Mohs Micrographic Surgery is a highly specialized and an advanced treatment procedure for the removal of skin cancer. In Mohs surgery, layers of skin containing cancer are methodically removed until only cancer-free tissue remains, causing minimal damage to surrounding tissue. Mohs Micrographic Surgery is also called Mohs Surgery.
This procedure was developed in the 1930s by Dr. Frederic Mohs at the University of Wisconsin and is now practiced throughout the world. The Mohs surgeon removes the tissue, examines it under a microscope, and verifies that all of the cancereous cells have been removed. The procedure is repeated, if necessary, until the margins are clear of cancer. It is usually done on an outpatient basis, in one day, under local anesthetic. Of all treatments for skin cancer, Mohs Micrographic Surgery offers up to a 99% cure rate for basal and squamous cell carcinomas.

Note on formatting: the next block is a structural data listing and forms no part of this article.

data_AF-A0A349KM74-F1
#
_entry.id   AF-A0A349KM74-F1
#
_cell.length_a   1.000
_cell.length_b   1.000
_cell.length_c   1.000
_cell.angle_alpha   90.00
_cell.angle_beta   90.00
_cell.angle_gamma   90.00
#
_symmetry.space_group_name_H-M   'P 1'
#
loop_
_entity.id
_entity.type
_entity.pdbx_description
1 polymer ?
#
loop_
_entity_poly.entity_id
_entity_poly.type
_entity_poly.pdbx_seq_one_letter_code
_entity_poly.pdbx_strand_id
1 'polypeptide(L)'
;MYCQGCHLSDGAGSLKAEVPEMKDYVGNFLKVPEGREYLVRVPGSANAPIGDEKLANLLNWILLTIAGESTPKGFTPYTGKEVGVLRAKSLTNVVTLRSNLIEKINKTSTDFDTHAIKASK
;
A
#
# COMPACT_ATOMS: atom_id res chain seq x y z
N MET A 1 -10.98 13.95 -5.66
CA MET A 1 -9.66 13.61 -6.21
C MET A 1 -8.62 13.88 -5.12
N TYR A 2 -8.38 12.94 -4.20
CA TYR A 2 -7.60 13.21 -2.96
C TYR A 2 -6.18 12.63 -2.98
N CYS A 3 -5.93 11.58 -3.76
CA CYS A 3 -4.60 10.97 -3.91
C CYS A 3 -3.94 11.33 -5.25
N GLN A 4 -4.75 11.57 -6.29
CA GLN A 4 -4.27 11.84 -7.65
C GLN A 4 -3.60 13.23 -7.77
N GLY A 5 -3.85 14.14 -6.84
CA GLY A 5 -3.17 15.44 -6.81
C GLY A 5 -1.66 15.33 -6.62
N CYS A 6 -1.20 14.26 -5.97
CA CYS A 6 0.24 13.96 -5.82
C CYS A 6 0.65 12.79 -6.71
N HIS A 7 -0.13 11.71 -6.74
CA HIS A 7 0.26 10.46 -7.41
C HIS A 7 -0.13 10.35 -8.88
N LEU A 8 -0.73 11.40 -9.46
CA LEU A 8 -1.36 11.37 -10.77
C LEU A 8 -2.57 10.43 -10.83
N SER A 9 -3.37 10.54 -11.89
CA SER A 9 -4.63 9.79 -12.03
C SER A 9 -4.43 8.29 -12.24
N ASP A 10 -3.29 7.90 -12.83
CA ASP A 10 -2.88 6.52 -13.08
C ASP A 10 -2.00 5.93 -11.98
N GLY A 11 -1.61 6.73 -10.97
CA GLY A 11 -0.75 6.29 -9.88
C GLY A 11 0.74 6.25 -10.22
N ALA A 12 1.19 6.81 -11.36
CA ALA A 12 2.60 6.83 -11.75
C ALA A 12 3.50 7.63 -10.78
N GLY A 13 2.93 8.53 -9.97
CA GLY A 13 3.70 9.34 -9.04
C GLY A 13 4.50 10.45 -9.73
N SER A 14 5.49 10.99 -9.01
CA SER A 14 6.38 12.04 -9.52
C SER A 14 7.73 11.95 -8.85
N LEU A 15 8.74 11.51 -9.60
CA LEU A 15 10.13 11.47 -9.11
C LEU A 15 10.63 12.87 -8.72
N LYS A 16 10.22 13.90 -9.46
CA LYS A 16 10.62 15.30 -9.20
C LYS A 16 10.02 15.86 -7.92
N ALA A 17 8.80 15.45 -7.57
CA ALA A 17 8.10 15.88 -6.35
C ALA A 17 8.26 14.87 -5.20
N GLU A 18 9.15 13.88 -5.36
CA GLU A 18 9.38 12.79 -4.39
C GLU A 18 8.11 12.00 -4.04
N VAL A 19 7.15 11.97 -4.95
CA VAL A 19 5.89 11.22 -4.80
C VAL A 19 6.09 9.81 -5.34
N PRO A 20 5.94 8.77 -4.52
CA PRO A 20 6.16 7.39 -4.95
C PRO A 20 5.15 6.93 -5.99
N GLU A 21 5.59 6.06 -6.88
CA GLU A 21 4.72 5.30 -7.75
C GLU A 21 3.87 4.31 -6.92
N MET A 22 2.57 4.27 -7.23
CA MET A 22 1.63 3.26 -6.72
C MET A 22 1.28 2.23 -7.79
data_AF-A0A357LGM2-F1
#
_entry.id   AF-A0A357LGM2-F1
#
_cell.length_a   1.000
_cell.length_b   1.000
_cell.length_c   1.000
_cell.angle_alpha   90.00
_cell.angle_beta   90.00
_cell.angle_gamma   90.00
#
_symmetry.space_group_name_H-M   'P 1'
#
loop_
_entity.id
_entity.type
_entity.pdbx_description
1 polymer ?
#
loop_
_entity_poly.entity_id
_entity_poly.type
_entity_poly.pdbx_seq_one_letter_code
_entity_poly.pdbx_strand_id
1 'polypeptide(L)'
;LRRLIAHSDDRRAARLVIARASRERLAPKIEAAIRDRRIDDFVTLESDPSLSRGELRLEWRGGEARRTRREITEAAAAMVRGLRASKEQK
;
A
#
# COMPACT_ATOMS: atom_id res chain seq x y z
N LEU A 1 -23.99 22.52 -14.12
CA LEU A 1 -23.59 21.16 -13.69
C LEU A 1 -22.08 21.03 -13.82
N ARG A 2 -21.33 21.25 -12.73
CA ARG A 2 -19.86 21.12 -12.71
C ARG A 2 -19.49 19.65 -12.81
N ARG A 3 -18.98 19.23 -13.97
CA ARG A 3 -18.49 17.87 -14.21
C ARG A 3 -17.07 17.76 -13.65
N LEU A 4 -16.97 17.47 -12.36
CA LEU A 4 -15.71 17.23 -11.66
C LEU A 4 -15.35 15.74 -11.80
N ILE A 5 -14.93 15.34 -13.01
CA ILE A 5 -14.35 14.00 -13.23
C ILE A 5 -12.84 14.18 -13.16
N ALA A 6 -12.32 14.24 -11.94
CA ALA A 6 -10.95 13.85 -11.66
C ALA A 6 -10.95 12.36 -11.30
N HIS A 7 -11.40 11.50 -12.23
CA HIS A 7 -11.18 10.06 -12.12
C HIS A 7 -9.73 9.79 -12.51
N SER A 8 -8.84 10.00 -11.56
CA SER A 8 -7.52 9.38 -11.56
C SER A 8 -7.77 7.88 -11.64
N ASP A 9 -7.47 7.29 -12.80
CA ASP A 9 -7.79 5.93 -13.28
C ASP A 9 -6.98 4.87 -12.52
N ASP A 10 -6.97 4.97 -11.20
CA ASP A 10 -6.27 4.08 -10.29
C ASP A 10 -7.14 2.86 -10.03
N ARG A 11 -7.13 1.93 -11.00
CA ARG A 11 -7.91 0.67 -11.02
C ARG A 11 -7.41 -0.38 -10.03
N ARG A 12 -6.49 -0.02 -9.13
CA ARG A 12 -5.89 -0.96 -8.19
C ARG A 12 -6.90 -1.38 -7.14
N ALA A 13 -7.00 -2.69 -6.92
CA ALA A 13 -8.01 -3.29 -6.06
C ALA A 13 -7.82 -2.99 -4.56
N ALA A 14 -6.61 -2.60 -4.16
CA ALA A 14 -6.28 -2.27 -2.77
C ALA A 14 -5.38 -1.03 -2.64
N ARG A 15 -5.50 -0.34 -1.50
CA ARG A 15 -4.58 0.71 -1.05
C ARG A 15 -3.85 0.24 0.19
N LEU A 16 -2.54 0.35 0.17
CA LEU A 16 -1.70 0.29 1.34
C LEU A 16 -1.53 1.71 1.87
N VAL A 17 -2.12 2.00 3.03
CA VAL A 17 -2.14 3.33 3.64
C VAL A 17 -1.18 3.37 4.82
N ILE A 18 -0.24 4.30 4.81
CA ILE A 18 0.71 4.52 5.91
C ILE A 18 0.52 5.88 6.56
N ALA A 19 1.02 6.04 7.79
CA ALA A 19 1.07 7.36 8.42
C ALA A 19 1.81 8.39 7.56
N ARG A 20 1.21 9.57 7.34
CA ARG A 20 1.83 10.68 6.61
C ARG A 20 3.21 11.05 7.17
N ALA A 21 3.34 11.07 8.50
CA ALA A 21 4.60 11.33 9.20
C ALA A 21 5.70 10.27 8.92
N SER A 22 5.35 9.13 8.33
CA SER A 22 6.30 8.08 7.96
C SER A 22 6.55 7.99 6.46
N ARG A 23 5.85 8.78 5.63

Mohs Surgery typically is used for those skin cancers that are in a cosmetically sensitive area, such as the nose, ears, eyelids, lips, hairline, hands, feet, and genitals, in which maximal preservation of healthy tissue is critical for cosmetic or functional purposes. This surgery is also useful for cancers which have recurred following previous treatment or for cancers that are at high risk for recurrence, due to large or aggressive tumors, and borders that are hard to define. It ensures peace of mind for the patient who knows that the cancer is gone entirely.